Put unused land to use, one state official recommends



By MARC KOVAC
VINDICATOR CORRESPONDENT
COLUMBUS -- Upward of 1,200 acres of undeveloped land in Trumbull County are among state-owned sites in 20 counties that could be put to better use by surrounding communities, other agencies or private developers, according to a study of nearly 7,400 parcels unveiled Tuesday by state Treasurer Richard Cordray.
And the recently elected Democrat is pushing -- and Gov. Ted Strickland has voiced support -- for the creation of a centralized inventory of state-owned properties to identify additional sites that could be put to better use.
Cordray and Columbus Mayor Michael B. Coleman discussed the findings while standing in front of a fenced, state-owned lot on the city's West Side that is overgrown with scrub brush.
According to the treasurer's office, the McKinley Avenue parcel has been owned by the state since 1845 and once served as a source for limestone used in the construction of the Statehouse, Ohio Penitentiary and U.S. Route 40. But nothing has been done to the property for nearly three decades.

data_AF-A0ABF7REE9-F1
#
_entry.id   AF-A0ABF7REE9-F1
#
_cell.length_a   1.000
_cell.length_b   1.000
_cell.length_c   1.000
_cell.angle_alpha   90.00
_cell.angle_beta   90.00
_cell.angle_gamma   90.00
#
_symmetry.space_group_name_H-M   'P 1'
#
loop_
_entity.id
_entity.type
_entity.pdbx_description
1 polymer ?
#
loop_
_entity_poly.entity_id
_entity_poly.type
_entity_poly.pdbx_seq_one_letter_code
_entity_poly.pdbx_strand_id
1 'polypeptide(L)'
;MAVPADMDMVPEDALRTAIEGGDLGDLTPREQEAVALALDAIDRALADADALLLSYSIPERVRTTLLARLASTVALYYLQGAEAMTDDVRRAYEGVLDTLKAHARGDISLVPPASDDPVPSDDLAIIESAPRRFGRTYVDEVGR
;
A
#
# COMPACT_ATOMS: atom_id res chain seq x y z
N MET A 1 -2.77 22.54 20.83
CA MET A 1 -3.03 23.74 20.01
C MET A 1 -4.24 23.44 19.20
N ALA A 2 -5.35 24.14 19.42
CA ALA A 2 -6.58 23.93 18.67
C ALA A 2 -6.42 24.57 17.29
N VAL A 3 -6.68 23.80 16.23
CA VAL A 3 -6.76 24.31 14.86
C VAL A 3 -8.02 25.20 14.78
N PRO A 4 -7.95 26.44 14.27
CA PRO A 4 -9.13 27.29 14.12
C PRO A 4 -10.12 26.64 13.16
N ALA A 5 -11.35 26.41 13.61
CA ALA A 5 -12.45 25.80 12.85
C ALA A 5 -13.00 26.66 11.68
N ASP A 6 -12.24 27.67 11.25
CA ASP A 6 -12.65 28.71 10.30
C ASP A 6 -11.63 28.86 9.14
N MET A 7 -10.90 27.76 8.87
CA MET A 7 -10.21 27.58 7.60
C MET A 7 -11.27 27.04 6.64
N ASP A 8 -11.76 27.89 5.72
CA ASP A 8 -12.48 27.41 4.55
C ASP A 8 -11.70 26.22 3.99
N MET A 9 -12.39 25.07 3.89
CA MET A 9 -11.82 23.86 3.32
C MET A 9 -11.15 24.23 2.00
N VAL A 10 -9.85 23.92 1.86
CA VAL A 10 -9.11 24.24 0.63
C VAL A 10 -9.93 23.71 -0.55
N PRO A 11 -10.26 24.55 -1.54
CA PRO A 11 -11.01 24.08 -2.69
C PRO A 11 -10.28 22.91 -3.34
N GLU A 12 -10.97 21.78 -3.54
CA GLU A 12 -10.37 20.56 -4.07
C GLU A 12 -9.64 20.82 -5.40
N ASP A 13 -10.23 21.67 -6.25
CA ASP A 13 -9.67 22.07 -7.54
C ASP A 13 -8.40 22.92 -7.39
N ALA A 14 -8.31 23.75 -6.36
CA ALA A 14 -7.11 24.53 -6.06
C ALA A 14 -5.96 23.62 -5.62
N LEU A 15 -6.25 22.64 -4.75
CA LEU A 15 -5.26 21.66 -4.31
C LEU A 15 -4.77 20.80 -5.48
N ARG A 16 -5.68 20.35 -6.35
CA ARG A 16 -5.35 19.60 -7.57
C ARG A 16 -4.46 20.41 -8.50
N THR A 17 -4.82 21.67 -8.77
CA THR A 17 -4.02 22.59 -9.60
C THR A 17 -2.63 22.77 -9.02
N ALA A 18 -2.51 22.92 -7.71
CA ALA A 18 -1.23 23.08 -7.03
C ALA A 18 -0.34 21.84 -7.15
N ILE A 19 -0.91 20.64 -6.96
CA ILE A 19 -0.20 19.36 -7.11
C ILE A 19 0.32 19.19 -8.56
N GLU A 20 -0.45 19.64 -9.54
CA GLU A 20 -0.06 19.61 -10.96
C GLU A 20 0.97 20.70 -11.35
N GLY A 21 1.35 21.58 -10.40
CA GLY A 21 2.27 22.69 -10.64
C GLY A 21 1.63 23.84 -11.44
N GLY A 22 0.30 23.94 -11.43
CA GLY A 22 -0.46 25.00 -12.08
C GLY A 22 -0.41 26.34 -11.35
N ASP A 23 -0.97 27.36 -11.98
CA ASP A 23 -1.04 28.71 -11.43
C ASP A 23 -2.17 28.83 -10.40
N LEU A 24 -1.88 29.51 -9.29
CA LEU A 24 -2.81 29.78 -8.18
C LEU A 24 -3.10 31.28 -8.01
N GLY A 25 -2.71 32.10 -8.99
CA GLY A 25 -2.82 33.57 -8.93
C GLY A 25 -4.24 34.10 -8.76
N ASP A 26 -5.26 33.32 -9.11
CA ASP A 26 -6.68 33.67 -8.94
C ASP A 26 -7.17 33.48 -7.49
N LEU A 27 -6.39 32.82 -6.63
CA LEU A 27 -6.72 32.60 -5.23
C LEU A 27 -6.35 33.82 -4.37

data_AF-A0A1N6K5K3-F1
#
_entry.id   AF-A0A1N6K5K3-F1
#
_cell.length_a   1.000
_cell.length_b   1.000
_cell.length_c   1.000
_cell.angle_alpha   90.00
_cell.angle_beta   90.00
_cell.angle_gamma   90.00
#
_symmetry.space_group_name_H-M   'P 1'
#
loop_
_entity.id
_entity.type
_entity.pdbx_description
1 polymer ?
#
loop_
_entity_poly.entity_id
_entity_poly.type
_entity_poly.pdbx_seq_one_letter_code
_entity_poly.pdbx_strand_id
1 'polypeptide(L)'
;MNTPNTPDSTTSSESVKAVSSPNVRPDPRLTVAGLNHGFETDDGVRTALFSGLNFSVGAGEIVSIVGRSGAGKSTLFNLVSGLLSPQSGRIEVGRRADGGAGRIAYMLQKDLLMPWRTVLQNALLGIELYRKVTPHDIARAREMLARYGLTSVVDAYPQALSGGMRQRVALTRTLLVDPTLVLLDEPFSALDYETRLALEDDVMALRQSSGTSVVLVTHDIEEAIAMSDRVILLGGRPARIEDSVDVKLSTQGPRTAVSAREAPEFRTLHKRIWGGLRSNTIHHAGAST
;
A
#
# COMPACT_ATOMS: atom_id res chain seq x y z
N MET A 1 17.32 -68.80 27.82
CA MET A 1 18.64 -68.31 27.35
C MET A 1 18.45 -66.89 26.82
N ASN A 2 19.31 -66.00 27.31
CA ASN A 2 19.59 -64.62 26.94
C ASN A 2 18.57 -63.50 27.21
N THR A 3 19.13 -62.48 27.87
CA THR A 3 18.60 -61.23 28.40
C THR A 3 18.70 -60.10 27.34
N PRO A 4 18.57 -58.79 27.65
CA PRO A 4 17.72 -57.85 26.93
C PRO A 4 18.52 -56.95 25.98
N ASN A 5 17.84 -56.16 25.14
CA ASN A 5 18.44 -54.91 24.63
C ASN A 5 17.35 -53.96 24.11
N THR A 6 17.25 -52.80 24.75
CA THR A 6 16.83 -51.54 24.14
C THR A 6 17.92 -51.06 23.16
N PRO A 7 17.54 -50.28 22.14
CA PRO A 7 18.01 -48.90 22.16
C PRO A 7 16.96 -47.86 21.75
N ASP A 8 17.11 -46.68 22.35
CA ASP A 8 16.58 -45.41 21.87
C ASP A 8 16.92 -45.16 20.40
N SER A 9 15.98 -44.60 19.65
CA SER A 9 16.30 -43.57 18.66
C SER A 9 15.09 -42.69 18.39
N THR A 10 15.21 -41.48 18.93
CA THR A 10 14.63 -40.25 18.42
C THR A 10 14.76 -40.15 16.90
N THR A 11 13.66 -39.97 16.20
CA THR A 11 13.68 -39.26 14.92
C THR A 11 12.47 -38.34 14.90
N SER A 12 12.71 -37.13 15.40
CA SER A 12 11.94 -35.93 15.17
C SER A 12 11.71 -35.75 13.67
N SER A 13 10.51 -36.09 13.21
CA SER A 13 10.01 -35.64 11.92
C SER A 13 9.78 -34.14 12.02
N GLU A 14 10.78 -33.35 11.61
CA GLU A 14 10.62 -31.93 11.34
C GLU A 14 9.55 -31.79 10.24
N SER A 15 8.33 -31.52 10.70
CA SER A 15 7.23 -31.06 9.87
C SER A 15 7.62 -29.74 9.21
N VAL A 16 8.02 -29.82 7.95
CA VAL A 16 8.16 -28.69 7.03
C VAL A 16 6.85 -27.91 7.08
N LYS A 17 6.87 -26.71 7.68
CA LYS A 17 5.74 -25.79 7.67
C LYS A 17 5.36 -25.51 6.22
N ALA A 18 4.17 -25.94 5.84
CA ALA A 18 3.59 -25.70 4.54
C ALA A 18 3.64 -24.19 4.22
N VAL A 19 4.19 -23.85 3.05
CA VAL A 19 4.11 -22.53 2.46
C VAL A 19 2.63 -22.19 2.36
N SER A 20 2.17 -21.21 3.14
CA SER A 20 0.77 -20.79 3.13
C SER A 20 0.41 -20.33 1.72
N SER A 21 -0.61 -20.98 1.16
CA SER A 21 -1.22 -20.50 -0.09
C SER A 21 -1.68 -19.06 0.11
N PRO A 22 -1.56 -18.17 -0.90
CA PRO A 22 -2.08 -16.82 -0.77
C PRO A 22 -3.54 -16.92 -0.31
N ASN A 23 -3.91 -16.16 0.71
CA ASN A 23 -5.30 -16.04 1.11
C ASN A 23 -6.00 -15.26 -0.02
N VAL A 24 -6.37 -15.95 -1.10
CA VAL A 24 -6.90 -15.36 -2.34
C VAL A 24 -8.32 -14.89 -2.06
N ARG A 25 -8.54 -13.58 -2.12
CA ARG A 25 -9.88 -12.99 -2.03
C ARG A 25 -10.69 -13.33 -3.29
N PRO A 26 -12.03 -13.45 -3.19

Cordray estimated that there are about 446 comparably unproductive properties in 20 counties, with more than half of those identified in Franklin, Hamilton, Lucas and Stark.
Properties identified
In Trumbull County, 13 properties were identified, all undeveloped and owned by the Ohio Department of Natural Resources. They ranged in size from nine acres to more than 280 acres.
Cordray's office did leave room for error in the designations, however. Spokeswoman Theresa Dean said properties were identified based on photos and other information posted on county auditor Web sites, and additional research would be needed to clarify how properties are being used.
Cordray has recommended the creation of a commission, with appointments made by the governor, to complete a comprehensive inventory of state-owned land that could be updated annually and would allow public and private groups to submit proposals to make underused sites productive.
"In Ohio, the pedigree of ownership for any particular property may go back two centuries and may be quite snarled, and some of the properties are so peculiarly shaped as to be unusable," Cordray said in a released statement.
"Nonetheless, that information should be maintained, updated and readily accessible."
Strickland is supportive of Cordray's efforts and reform suggestions and is open to the possibility of creating a commission to review the state's land holdings, said Keith Daley, the governor's spokesman.
mkovac@dixcom.com

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